Scott Garberding, senior vice president of manufacturing for Chrysler Group LLC, is shown with the automaker’s 5,000,000th vehicle produced at the
Scott Garberding, senior vice president of manufacturing for Chrysler Group LLC, is shown with the automaker’s 5,000,000th vehicle produced at the Jefferson North Assembly Plant in Detroit. (AP file)

WASHINGTON (AP) -- U.S. factories increased output in August by the most in eight months, helped by a robust month at auto plants. The gains are a hopeful sign that manufacturing could help boost economic growth in the second half of the year.

Manufacturing production rose 0.7 percent last month from July, the Federal Reserve said Monday. That's the biggest increase since December. It followed a 0.4 percent decline in July.

Automakers increased production 5.2 percent, after a 4.5 percent decline in July. And factories stepped up production of other goods, including computers and electronics, furniture and business equipment.

Overall industrial production rose 0.4 percent in August following no change in July. Mining, which includes oil production, increased but output at utilities fell for a fifth month.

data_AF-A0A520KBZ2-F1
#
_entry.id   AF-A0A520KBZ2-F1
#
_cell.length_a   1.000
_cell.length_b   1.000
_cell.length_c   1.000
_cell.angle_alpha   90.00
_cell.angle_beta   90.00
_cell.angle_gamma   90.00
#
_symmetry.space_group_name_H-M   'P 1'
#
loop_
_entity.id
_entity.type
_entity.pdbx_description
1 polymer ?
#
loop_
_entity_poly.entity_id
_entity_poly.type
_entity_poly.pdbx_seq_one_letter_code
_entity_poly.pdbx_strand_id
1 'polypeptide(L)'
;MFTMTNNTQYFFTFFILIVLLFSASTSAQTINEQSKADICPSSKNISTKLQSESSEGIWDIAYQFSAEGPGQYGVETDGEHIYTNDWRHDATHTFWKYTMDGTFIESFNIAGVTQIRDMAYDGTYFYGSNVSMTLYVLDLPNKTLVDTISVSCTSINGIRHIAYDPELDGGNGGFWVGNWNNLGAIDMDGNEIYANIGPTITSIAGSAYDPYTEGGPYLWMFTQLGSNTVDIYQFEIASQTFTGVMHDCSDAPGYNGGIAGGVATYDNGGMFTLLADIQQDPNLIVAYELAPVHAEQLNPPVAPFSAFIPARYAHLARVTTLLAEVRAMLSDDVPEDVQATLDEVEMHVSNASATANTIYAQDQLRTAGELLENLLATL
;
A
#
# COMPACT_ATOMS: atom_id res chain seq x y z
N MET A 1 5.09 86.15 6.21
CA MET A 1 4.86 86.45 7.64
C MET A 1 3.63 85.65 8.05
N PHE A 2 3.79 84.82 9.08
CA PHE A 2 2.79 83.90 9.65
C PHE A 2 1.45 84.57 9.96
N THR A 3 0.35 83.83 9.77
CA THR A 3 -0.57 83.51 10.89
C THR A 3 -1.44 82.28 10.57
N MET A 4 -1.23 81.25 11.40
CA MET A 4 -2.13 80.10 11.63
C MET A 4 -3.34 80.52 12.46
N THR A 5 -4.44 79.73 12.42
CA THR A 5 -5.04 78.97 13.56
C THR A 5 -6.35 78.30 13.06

Factory output is the largest component of industrial production. The strong gain adds to other signs that manufacturing could be rebounding from a weak start this year.

Paul Dales, senior U.S. economist at Capital Economics, said U.S. manufacturers were benefiting from stronger growth overseas.

"It makes sense for industry to outperform other parts of the economy when overseas demand is strengthening," Dales said.

The U.S. economy grew at an annual rate of 2.5 percent in the April-June quarter. Many economists predict growth is slowing to an annual rate of around 2 percent in the current quarter.